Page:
I have always loved reading.
When I was younger, I had a habit of reading multiple books at once. I think I was a bit lonely and bored, and why just have one friend to hang out with, when you could have a multitude of friends at your beck and call? My mom tells me from time to time that I would fall asleep at night with my books up at the head of the bead, and by the time I would wake up, all the books would be crammed between the footboard, my blanket, and the bed. (I kick and thrash a lot in my sleep.) When I would finish a book, I would march to my parents’ rooms and dramatically slap the book closed, announcing, “I’m finished!” There was such a sense of accomplishment when I could show to my parents the spoils of my conquests — the closed, curled-cover books that I often present to them on their beds, or on their desks. Ha! Another book down, and plenty more, infinitely more books that could fall to my rule. I would carry books in my backpack through out my days at school to read when I found the time and concentration. My mom would have to tell me on school nights not to get too wrapped up in my reading. “Can I just finish the chapter I’m reading and then I’ll start my homework?” I would barter with my mom about how much I could read. She loved that I loved reading, but that love should not cause me to do badly in school.
My love of reading contrasts to my brother’s absence of love. He can read entire books, if he tried, in a day or in hours. But he admits to not enjoy reading all that much, with the exception of the Harry Potter series (one of the best books of all time, in his opinion). He doesn’t really read unless he absolutely wants to or has to. But when he does, woosh! Finished in one fell swoop. I’ve always been a bit jealous because I wanted to be a speed reader. It’s only recently that I have been able to finish books a lot quicker. For the longest time, reading long books was a bit of a challenge for me. I would certainly be able to finish a long book, no problem, but I was a bit self-conscious about my pace. When compared to my brother, I was dragging my feet along the ground as I moved forward in the book, where as he could sprint and be finished in no time, and be able to shout back at me, “Wow, Hannah, you’re the slowest reader ever!” Especially when the Harry Potter books would come out, he would mock me for not finishing it within a day of our receiving it.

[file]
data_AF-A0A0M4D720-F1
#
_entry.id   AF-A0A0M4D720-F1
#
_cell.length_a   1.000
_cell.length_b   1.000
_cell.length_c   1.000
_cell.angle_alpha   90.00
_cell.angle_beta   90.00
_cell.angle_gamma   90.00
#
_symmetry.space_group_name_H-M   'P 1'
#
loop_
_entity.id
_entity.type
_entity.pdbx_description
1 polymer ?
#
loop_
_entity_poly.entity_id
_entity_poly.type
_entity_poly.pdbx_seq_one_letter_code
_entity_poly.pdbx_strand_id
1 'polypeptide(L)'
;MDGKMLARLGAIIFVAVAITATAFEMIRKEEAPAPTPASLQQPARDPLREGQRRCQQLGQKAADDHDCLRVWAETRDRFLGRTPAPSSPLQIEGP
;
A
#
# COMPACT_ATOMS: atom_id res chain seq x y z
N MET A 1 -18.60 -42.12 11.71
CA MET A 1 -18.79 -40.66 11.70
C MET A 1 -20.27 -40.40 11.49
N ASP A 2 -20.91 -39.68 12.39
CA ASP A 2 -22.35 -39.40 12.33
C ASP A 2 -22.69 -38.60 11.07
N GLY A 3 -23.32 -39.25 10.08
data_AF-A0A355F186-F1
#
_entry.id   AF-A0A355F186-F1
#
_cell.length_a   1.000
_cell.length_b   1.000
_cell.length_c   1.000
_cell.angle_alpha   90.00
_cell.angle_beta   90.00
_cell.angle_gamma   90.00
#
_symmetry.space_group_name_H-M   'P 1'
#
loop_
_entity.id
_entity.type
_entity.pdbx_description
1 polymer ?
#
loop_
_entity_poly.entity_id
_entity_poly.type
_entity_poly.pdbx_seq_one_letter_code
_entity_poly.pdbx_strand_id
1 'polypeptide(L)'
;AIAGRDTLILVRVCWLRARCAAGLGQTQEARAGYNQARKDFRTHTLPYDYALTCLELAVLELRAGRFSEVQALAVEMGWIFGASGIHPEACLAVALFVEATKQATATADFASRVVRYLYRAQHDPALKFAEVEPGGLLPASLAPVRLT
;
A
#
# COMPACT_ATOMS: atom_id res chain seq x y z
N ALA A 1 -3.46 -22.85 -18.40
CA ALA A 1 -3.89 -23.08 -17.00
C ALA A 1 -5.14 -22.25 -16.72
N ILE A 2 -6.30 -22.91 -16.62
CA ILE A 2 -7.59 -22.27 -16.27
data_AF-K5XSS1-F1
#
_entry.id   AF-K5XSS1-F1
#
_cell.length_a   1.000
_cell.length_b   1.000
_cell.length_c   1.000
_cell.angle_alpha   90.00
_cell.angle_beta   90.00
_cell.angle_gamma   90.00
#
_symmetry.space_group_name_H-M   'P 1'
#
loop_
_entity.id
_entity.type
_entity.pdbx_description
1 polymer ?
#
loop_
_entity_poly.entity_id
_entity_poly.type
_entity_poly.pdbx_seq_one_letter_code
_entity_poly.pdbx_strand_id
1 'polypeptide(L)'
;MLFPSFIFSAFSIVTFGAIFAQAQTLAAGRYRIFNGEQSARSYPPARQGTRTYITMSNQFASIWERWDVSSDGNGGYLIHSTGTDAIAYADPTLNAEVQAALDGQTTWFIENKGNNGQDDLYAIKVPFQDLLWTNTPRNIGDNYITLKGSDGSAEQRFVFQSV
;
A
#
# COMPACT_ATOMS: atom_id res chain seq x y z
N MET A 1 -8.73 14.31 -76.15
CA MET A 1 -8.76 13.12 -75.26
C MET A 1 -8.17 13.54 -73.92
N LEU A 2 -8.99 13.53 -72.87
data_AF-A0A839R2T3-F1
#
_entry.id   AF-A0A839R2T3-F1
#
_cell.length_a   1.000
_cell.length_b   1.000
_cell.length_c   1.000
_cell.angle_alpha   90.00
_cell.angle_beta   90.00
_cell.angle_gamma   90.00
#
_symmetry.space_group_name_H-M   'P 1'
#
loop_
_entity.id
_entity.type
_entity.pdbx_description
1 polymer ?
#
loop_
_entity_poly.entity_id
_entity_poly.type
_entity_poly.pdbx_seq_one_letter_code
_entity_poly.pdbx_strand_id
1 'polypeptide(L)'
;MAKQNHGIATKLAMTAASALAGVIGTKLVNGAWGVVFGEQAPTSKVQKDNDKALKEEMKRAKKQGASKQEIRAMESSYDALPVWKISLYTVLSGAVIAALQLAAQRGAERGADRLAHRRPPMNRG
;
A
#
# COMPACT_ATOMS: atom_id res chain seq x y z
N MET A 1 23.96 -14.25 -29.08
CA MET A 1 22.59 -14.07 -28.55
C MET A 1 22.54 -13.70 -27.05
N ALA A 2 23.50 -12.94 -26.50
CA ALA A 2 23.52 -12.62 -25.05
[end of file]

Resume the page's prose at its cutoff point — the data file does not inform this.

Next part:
Since then, my speed has certainly picked up, but even if I’m really trying (while also not taking too much time away from doing my homework), I still take a few days to finish a book. But I’m okay with that. So what if I’m not plowing through? I’m soaking in every word of the book. I carefully craft the worlds the books describe so I can enjoy the cinematic display, so I can feel the emotions the author and the characters intend for me to feel. And together, the book and I have created a wonderful friendship, and who wants something so wonderful to end quicker than it has to?
As my time as a student gets shorter and shorter, I realize that I will be able to read more as an adult! Reading! When I want! I want to read on public transportation, when I get home from whatever job I have in the future, maybe even read while on the job, depending on what I do. I look forward to the days when I can just read and read and read and read, all while still having a social life. (I can’t be a complete hermit.) My dad routinely tells me at home that I should get rid of some of the books that I keep on my bookshelf — “it’s too cluttered,” he says. But Dad, this is going to be my personal library where I live on my own! You can’t tell me to get rid of them. When I see pictures of bedroom setups randomly on the internet, where the bookshelves and the bed are intertwined or so close together, I cannot help but feel envious and proclaim that I will live like this. Once again safely nestled between stacks of books.
(The quotation in the title of the post is from R. D. Cumming.)